Opinion | Smoking Out the Guns
It was a transatlantic flight in the late 90s. I was seated in the smoking section of the plane. I repeat — the smoking section of the plane. Sounds absurd now, doesn’t it? The man next to me smoked several packs over the seven-hour flight. I almost suffocated after the first hour.
That was the reality less than 20 years ago. No one could imagine it would ever change, the tobacco industry was deemed untouchable. Too powerful for anyone to take on. Citizens would never give up their right to smoke a cigarette. It would have been seen as a violation of human rights. It was considered impossible to change. It was part of our culture.
But after allowing the true cost of smoking to permeate our consciousness and calculating devastating damage to everyone around cigarette smoke, we changed. The impossible became possible.
We now ban smoking in most public spaces. We have cigarette-specific taxes and loud, glaring health warning labels. Lawsuits won against the tobacco industry are paying for a whole chain of historic damages. Health insurance premiums increased to cover all the costs borne from their smoking habits.
Smokers started to pay towards the true cost of smoking. So they stopped smoking. It wasn’t worth it.
So, when I read a recent article titled: “10 years. 180 school shootings. 356 victims,” I am so sad. 180 school shootings on K-12 campuses. More than 30 kids will likely be shot in the next school year. Tiny tykes to teenagers.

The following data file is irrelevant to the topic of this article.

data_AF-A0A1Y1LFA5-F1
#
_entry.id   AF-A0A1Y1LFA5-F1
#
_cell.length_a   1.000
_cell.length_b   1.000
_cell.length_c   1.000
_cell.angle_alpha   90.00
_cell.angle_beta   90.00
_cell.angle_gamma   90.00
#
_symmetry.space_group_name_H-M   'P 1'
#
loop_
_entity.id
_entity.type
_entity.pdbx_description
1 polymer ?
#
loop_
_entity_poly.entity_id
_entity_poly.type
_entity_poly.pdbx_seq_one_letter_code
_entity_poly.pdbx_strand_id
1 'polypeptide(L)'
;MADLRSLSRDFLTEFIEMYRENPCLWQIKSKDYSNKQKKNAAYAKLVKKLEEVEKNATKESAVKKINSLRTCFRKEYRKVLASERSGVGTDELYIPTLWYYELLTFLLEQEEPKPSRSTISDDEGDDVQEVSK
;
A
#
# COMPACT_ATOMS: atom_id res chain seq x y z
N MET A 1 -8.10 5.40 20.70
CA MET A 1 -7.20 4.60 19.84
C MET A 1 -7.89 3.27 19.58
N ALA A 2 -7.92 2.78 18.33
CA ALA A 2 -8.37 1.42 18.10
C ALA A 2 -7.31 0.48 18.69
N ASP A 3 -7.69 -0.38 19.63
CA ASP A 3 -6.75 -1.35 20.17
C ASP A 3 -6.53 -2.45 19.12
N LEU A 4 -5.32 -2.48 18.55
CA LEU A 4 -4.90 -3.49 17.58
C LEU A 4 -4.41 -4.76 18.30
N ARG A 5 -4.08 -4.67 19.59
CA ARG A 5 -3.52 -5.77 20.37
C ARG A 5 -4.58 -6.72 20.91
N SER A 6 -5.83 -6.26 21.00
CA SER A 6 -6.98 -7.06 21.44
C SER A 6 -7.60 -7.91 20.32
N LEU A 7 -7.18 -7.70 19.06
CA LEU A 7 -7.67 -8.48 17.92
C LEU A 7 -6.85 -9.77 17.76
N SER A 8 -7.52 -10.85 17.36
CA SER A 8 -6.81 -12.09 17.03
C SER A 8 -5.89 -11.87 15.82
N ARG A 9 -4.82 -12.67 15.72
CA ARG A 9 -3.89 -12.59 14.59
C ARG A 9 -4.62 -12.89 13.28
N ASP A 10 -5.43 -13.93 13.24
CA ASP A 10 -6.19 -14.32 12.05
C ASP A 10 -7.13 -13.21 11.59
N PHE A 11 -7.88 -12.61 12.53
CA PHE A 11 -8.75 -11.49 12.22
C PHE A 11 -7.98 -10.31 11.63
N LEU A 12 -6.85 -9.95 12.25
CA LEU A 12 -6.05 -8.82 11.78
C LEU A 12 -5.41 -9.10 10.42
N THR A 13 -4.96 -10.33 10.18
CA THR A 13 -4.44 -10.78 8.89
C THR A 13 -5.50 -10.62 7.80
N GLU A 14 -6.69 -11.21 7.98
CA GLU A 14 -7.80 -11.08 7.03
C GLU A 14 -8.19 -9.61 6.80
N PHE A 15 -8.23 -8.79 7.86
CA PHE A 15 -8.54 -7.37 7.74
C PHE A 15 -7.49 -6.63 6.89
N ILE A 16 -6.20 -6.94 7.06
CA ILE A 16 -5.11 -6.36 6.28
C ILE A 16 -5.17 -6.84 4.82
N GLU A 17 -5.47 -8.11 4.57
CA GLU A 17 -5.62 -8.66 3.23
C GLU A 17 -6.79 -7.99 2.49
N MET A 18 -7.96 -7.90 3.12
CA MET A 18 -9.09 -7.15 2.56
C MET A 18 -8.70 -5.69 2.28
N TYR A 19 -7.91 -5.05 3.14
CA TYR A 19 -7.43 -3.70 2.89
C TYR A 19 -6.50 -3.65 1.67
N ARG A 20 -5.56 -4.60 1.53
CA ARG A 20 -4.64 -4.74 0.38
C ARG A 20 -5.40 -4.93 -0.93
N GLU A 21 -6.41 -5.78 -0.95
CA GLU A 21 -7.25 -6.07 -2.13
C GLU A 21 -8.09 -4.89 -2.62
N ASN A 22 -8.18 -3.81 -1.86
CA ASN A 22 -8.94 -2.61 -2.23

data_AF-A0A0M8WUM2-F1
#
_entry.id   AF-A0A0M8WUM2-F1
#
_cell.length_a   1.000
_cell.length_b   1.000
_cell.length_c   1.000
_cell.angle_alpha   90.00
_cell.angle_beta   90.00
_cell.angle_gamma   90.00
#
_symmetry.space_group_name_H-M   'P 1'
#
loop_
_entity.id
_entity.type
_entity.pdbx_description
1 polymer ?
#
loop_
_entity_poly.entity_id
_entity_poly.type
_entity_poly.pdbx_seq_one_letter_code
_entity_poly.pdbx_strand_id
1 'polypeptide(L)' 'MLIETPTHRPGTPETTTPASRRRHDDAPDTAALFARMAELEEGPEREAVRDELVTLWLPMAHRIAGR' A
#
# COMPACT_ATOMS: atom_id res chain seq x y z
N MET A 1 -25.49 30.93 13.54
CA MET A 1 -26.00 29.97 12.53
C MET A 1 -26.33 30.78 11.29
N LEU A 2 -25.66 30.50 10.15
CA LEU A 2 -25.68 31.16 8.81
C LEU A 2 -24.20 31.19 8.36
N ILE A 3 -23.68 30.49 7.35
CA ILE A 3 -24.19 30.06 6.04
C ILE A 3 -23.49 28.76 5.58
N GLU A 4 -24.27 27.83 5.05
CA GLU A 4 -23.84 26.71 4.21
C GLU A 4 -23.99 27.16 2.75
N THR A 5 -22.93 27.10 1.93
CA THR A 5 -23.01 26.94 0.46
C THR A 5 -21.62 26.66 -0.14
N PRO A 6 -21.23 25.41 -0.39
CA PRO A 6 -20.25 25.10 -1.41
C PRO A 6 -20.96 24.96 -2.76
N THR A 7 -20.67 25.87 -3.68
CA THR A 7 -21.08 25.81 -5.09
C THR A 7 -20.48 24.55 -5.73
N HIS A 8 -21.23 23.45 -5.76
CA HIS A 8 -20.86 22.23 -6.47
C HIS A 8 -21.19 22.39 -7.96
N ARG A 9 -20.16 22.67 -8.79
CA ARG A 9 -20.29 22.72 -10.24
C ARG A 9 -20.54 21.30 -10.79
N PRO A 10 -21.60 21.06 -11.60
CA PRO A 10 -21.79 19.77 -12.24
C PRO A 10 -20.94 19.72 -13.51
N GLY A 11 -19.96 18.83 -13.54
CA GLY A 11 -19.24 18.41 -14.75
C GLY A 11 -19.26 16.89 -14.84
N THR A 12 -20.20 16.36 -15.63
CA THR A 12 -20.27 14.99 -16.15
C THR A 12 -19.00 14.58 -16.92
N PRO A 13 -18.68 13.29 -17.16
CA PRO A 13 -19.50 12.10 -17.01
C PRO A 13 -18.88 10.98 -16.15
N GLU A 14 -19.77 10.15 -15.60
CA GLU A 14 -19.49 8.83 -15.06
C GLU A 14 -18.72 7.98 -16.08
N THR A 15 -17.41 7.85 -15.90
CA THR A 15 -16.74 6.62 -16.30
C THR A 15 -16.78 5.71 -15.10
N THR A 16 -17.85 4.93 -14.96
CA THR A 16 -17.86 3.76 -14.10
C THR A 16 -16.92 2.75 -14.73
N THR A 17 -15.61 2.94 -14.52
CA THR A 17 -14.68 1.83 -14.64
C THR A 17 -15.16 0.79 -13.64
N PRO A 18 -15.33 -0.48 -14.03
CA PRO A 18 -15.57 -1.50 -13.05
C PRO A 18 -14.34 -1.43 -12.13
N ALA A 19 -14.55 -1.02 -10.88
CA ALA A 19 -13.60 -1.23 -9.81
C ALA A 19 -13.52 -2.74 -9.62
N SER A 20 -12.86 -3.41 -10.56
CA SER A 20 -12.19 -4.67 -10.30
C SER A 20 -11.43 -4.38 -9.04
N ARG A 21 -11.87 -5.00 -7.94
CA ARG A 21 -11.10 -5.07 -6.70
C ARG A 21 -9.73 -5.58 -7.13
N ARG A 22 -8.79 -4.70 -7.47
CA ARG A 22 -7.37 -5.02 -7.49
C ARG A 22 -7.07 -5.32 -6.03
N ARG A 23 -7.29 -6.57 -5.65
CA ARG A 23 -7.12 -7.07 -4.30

I polled a few people on their thoughts on this data. Their reaction was incredibly familiar:
“It will never change. The gun industry is untouchable, too powerful for anyone to take on. Citizens would never give up their right to own a gun. It would be a violation of constitutional rights. It is impossible to change. It is part of our culture.”
Then the grand finale came: Guns don’t kill people, people do. This argument was intended to shut down debate. It is a terrible, illogical, vacuous slogan ignoring both risk and solution.
Guns don’t kill people, but guns allow people to kill people and in vast numbers. Cigarettes on their own don’t kill either. But when we decided to reduce the numbers of deaths by smoking, we reduced cigarettes being smoked. So, to drop the numbers of shootings, guns have to be a part of the risk equation. When we regulate the “weapon” causing death, you reduce deaths. It is that simple.
Like cigarettes, guns cost us a lot. They cost us innocent lives from the secondary effects. They cost us billions when we medically treat related injuries, afflictions and conditions. They cost us when good people die, leaving families destitute.
Shifting costs onto cigarette smokers was an effective disincentive. But what about gun owners? Should we not tally up the real costs of gun ownership and pass it to gun owners? Let’s smoke out the guns. &